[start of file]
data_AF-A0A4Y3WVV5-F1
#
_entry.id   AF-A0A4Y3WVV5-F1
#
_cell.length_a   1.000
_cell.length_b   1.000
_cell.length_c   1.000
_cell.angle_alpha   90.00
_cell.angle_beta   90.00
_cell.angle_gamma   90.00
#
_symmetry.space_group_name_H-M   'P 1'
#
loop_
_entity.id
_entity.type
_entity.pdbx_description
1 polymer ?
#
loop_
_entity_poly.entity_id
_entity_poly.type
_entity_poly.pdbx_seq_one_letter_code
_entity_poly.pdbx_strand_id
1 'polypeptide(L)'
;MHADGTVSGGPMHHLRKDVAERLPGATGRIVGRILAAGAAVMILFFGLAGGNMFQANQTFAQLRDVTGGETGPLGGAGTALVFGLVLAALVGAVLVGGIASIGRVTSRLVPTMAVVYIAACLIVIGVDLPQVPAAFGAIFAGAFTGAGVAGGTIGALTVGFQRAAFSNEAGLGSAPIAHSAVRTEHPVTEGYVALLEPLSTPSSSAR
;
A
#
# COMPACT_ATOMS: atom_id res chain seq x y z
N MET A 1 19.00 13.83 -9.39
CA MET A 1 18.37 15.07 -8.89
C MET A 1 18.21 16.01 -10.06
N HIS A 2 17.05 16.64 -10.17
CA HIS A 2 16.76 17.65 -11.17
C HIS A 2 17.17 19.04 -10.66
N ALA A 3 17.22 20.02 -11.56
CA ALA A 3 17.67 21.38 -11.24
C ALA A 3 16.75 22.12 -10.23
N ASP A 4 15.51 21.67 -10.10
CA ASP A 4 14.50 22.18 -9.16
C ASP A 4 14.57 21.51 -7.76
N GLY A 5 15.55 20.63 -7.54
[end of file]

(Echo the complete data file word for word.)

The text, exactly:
data_AF-A0A4Y3WVV5-F1
#
_entry.id   AF-A0A4Y3WVV5-F1
#
_cell.length_a   1.000
_cell.length_b   1.000
_cell.length_c   1.000
_cell.angle_alpha   90.00
_cell.angle_beta   90.00
_cell.angle_gamma   90.00
#
_symmetry.space_group_name_H-M   'P 1'
#
loop_
_entity.id
_entity.type
_entity.pdbx_description
1 polymer ?
#
loop_
_entity_poly.entity_id
_entity_poly.type
_entity_poly.pdbx_seq_one_letter_code
_entity_poly.pdbx_strand_id
1 'polypeptide(L)'
;MHADGTVSGGPMHHLRKDVAERLPGATGRIVGRILAAGAAVMILFFGLAGGNMFQANQTFAQLRDVTGGETGPLGGAGTALVFGLVLAALVGAVLVGGIASIGRVTSRLVPTMAVVYIAACLIVIGVDLPQVPAAFGAIFAGAFTGAGVAGGTIGALTVGFQRAAFSNEAGLGSAPIAHSAVRTEHPVTEGYVALLEPLSTPSSSAR
;
A
#
# COMPACT_ATOMS: atom_id res chain seq x y z
N MET A 1 19.00 13.83 -9.39
CA MET A 1 18.37 15.07 -8.89
C MET A 1 18.21 16.01 -10.06
N HIS A 2 17.05 16.64 -10.17
CA HIS A 2 16.76 17.65 -11.17
C HIS A 2 17.17 19.04 -10.66
N ALA A 3 17.22 20.02 -11.56
CA ALA A 3 17.67 21.38 -11.24
C ALA A 3 16.75 22.12 -10.23
N ASP A 4 15.51 21.67 -10.10
CA ASP A 4 14.50 22.18 -9.16
C ASP A 4 14.57 21.51 -7.76
N GLY A 5 15.55 20.63 -7.54